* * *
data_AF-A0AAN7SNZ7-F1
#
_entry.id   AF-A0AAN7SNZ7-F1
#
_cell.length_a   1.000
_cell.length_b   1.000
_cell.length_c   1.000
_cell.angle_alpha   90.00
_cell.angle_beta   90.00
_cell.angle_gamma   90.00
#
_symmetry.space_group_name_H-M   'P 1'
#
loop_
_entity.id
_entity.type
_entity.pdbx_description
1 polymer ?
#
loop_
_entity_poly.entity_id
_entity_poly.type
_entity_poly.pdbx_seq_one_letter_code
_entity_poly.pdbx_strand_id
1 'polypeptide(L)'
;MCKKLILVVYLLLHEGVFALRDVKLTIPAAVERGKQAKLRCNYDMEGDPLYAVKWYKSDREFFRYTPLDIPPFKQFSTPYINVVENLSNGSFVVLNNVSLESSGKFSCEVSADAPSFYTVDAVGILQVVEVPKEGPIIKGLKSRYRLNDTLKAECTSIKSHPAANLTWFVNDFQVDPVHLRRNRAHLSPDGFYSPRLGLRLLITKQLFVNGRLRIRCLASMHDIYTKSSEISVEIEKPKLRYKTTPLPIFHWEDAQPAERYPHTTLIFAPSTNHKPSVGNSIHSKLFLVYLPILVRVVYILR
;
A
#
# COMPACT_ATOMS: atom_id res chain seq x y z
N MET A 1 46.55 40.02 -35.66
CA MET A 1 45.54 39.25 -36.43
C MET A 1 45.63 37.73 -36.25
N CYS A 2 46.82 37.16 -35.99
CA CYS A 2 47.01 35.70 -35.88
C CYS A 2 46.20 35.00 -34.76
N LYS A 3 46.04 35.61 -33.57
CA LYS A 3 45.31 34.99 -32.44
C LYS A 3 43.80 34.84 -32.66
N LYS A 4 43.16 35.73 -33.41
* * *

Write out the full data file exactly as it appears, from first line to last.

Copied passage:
data_AF-A0AAN7SNZ7-F1
#
_entry.id   AF-A0AAN7SNZ7-F1
#
_cell.length_a   1.000
_cell.length_b   1.000
_cell.length_c   1.000
_cell.angle_alpha   90.00
_cell.angle_beta   90.00
_cell.angle_gamma   90.00
#
_symmetry.space_group_name_H-M   'P 1'
#
loop_
_entity.id
_entity.type
_entity.pdbx_description
1 polymer ?
#
loop_
_entity_poly.entity_id
_entity_poly.type
_entity_poly.pdbx_seq_one_letter_code
_entity_poly.pdbx_strand_id
1 'polypeptide(L)'
;MCKKLILVVYLLLHEGVFALRDVKLTIPAAVERGKQAKLRCNYDMEGDPLYAVKWYKSDREFFRYTPLDIPPFKQFSTPYINVVENLSNGSFVVLNNVSLESSGKFSCEVSADAPSFYTVDAVGILQVVEVPKEGPIIKGLKSRYRLNDTLKAECTSIKSHPAANLTWFVNDFQVDPVHLRRNRAHLSPDGFYSPRLGLRLLITKQLFVNGRLRIRCLASMHDIYTKSSEISVEIEKPKLRYKTTPLPIFHWEDAQPAERYPHTTLIFAPSTNHKPSVGNSIHSKLFLVYLPILVRVVYILR
;
A
#
# COMPACT_ATOMS: atom_id res chain seq x y z
N MET A 1 46.55 40.02 -35.66
CA MET A 1 45.54 39.25 -36.43
C MET A 1 45.63 37.73 -36.25
N CYS A 2 46.82 37.16 -35.99
CA CYS A 2 47.01 35.70 -35.88
C CYS A 2 46.20 35.00 -34.76
N LYS A 3 46.04 35.61 -33.57
CA LYS A 3 45.31 34.99 -32.44
C LYS A 3 43.80 34.84 -32.66
N LYS A 4 43.16 35.73 -33.41